Posts tagged ‘Technology’

Copyright and disruptive technology

What if you could give a book to everyone on earth? Get an ebook and read it on any device, in any format, forever? Give an ebook to your library, for them to share? Own DRM-free ebooks, legally? Read free ebooks, and know their creators had been fairly paid?  –From About,

Copyright is a round hole.  Paper publications are nice, round pegs.  Electronic items are square pegs.  Hard copies can be passed around, shared from person to person across time and space.  A copyright holder’s distribution rights are curtailed by the physical transfer of the copyrighted item (by purchase or gift) to another.

Electronic items can be similarly shared. Maybe.  Because they are square pegs, a new way to control distribution was needed, so a square hole called “licensing” was carved into the copyright landscape.  This pretty much upsets the shaky balance between the public right to knowledge and a creator’s right to profit from the work.

Enter the crowdfunding concept, which takes advantage of the ubiquitousness of the Interwebs and the ability to use that to more easily raise money for relatively small scale projects.  Kickstarter is a fairly well known example of a crowdfunding conduit.  And now comes Eric Hellman, using the crowdfunding idea to harmonize the ideals of copyright and licensing, to make that square peg fit in the round hole.

Welcome to  I love it.  Where else can you find the possibility of getting your favorite book released into the electronic domain?  I’m hoping when this catches on, I’ll see In the Night Kitchen moved into an active campaign by the time my new grandson is ready to read!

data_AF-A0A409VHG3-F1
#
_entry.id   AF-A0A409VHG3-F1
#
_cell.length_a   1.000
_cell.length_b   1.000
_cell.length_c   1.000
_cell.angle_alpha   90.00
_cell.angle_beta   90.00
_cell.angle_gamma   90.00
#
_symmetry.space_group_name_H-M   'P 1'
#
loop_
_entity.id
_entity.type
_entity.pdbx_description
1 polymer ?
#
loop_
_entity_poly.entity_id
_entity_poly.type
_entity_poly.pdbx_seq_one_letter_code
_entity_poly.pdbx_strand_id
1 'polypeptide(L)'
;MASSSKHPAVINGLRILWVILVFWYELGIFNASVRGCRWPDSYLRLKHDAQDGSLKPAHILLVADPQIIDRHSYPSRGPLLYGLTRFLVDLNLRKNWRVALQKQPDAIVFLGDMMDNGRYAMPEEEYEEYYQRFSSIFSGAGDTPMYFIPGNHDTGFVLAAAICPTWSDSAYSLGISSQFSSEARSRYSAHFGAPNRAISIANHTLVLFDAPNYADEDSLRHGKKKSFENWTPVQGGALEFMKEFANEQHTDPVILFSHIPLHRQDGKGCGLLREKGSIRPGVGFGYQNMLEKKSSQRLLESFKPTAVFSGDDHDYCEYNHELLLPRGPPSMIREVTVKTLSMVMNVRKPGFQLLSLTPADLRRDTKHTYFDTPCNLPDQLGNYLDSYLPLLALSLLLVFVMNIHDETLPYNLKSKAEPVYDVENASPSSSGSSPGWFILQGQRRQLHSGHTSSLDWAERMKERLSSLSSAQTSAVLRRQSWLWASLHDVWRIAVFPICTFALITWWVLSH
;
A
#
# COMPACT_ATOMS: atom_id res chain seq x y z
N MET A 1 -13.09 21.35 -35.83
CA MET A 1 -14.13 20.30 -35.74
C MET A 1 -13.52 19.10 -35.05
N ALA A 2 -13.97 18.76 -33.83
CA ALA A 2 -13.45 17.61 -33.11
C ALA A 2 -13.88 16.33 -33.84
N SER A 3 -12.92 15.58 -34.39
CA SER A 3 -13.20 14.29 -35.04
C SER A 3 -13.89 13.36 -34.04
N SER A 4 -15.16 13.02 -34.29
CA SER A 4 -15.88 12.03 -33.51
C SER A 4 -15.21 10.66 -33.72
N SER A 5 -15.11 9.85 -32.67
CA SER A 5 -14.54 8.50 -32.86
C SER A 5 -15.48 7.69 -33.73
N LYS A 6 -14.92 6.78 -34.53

The Digital Age, Books, and Libraries

There’s a lot of flag waving (especially by alarmed librarians) about the imminent demise of the book and libraries.  Actually, that’s not true.  The librarians are trying to fend off those who are buying into the idea that printed books, and libraries as we used to know them, are pointless vestiges of a prior era.  The debate has been picked up by the New York Times, which is getting a lot of press (sorry) lately.

The biggest issue, which is only obliquely hinted at in the arguments floating around, especially those in the Times opinion piece, is accessibility. I have a book. No one anywhere can prevent me from sharing that book with you. No one anywhere can prevent you from sharing that book with someone else (once it’s in your possession). Granted, this is a single item, with geospatial limitations which can be transcended by electronic networks. But “electronic” has its own, more restrictive limitations. Does one have access to the electronic network? Does one have the equipment to access the electronic network? Is there a power source to enable access to the equipment (or network)? Does one have permission to access the electronic device/network/item?